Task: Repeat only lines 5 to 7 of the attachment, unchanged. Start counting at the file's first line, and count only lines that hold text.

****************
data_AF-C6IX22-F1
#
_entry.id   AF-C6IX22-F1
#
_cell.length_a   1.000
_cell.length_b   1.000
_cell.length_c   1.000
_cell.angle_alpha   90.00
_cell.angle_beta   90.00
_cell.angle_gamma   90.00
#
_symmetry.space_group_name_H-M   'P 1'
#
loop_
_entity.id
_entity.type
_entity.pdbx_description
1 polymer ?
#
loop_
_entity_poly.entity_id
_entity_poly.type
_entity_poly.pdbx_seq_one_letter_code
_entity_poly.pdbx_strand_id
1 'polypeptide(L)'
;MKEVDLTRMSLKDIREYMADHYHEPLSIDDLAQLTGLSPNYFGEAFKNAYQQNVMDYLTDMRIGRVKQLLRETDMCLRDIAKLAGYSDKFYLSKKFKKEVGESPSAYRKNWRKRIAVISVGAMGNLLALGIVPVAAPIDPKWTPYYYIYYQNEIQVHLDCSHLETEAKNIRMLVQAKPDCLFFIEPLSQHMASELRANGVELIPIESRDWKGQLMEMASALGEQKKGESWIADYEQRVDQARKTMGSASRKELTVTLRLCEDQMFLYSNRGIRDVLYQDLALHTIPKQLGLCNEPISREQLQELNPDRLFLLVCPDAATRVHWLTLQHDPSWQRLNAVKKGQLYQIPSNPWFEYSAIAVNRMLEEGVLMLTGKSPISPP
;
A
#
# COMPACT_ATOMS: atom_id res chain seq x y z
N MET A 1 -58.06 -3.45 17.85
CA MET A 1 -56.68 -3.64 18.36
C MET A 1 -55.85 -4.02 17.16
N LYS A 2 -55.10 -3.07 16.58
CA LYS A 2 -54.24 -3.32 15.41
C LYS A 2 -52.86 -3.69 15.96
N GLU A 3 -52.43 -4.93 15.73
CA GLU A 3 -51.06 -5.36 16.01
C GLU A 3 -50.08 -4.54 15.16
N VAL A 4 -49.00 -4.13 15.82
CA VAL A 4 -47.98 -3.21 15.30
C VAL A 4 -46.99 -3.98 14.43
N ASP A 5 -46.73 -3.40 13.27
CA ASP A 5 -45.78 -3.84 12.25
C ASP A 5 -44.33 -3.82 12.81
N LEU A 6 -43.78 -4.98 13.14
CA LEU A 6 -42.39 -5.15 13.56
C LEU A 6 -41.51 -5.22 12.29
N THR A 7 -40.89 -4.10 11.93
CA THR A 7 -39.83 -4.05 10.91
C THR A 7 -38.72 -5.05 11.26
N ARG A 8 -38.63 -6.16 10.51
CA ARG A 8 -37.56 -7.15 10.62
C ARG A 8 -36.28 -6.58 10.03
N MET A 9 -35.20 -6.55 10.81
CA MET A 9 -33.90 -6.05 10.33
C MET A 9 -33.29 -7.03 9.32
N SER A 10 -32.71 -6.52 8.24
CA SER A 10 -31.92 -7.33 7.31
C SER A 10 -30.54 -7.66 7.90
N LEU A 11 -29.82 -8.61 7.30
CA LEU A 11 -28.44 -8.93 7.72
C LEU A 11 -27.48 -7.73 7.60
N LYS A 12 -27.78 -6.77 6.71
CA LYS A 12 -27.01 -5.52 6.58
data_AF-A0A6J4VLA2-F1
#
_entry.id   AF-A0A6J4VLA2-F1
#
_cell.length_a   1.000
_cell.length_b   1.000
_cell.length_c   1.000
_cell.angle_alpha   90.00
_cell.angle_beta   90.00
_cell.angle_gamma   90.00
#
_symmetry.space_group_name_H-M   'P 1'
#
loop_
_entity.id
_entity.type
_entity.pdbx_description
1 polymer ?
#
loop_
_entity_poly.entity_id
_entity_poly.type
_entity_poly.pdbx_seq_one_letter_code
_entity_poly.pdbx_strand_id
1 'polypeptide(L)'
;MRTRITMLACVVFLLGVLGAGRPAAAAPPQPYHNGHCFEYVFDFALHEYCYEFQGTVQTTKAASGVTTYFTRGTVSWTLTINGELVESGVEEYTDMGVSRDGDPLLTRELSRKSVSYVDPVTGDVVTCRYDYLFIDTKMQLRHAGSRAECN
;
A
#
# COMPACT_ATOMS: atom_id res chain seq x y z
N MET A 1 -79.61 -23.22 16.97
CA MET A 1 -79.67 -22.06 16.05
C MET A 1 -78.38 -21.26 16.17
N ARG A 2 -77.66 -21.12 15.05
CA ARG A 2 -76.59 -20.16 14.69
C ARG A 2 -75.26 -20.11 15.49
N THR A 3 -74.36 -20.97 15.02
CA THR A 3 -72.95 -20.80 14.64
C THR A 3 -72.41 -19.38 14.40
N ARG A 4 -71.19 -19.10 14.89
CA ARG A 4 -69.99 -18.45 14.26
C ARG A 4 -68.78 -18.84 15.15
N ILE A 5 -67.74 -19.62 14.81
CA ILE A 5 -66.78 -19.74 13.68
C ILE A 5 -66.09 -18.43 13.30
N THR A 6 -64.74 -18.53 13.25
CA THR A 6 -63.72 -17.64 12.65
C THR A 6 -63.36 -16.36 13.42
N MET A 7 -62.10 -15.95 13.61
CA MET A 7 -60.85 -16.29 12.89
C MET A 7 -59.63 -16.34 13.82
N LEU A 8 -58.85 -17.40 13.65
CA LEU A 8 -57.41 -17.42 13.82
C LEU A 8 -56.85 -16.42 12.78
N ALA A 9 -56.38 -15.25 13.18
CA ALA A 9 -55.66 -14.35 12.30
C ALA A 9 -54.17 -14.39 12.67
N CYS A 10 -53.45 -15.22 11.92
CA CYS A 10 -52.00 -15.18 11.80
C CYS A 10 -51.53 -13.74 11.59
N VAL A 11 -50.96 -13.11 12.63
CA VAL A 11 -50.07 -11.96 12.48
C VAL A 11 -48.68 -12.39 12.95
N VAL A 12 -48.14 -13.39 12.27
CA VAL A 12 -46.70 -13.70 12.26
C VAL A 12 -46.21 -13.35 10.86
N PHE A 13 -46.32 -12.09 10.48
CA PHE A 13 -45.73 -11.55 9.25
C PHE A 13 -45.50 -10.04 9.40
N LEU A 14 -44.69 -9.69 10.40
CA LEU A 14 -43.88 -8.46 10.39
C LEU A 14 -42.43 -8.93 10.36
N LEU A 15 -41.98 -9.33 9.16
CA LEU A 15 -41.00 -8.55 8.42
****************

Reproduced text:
_cell.length_a   1.000
_cell.length_b   1.000
_cell.length_c   1.000